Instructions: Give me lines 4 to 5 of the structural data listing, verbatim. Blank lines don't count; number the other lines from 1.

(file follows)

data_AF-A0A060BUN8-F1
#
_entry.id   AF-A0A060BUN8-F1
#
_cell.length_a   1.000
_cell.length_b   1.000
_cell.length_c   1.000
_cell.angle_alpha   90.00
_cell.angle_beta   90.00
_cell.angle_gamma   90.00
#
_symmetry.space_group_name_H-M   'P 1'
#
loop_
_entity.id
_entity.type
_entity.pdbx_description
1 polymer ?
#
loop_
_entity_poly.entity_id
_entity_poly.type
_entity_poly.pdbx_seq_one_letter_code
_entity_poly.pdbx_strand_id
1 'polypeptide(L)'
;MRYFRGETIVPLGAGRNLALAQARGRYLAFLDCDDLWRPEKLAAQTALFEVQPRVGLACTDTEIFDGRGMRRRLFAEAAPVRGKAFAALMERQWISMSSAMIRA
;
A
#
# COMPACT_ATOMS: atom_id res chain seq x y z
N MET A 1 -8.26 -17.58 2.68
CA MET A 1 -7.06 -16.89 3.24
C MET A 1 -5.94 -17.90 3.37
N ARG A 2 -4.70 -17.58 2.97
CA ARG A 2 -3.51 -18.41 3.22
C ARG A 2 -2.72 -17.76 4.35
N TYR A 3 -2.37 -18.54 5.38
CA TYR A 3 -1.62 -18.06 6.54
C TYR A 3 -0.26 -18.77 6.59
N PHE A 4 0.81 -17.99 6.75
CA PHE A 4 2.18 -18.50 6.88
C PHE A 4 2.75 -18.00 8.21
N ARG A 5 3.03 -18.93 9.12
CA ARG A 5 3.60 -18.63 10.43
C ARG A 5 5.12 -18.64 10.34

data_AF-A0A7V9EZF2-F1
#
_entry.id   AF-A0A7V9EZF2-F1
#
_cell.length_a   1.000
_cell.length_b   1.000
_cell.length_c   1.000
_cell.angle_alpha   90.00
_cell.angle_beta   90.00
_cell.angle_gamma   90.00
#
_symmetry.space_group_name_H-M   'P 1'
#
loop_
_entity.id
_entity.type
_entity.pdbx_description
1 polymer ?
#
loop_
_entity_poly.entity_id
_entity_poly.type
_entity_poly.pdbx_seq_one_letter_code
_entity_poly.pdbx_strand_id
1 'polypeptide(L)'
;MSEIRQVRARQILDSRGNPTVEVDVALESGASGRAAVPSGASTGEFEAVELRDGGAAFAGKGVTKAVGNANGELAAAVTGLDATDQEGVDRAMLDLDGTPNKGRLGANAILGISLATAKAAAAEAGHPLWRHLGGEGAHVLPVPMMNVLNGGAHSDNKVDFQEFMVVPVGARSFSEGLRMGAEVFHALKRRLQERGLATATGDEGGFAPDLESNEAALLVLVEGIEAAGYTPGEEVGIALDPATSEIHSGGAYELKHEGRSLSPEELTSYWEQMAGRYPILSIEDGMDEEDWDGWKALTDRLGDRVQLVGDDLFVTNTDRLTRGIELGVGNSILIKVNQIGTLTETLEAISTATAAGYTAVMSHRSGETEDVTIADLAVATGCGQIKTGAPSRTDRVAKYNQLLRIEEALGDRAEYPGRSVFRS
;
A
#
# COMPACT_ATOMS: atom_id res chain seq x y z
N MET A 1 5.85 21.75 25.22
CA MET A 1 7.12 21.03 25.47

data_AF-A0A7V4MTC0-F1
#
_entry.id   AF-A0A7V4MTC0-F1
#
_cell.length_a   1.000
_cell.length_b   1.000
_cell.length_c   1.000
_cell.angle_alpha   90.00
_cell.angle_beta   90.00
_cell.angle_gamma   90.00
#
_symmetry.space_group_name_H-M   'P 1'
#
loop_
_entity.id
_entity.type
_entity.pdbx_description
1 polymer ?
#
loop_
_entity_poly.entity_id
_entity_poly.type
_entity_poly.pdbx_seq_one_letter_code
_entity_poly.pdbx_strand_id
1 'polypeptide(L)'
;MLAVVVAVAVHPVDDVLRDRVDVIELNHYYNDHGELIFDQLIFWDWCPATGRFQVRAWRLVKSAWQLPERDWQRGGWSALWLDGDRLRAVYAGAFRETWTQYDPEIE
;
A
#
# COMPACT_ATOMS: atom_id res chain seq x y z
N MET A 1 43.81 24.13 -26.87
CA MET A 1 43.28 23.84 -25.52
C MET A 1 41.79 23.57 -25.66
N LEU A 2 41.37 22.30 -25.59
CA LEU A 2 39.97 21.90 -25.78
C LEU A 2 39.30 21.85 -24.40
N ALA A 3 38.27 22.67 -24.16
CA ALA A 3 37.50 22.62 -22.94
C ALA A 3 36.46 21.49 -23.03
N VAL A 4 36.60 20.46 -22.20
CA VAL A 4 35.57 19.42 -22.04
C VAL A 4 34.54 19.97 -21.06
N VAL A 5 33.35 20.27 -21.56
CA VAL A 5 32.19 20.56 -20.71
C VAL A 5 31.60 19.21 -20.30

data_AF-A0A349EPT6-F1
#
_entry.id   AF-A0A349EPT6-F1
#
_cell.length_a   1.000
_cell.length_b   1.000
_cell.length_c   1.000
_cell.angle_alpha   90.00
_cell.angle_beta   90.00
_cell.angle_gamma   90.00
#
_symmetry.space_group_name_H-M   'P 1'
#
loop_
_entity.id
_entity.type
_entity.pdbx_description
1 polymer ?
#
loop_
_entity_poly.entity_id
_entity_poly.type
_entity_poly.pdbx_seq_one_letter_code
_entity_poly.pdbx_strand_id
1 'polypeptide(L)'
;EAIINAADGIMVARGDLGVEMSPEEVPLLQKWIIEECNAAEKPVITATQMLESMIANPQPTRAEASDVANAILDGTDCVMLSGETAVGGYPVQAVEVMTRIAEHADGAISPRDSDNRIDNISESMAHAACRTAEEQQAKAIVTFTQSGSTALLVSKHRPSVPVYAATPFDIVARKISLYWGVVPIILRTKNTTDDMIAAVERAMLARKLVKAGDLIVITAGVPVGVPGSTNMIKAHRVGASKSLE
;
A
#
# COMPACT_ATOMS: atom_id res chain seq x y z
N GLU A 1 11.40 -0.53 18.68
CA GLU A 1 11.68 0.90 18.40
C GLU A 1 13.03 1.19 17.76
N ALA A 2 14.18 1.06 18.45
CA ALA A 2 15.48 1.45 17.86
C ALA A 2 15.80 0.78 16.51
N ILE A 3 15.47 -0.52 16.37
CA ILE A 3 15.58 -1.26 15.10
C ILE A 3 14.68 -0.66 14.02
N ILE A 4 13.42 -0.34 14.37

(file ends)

#
_cell.length_a   1.000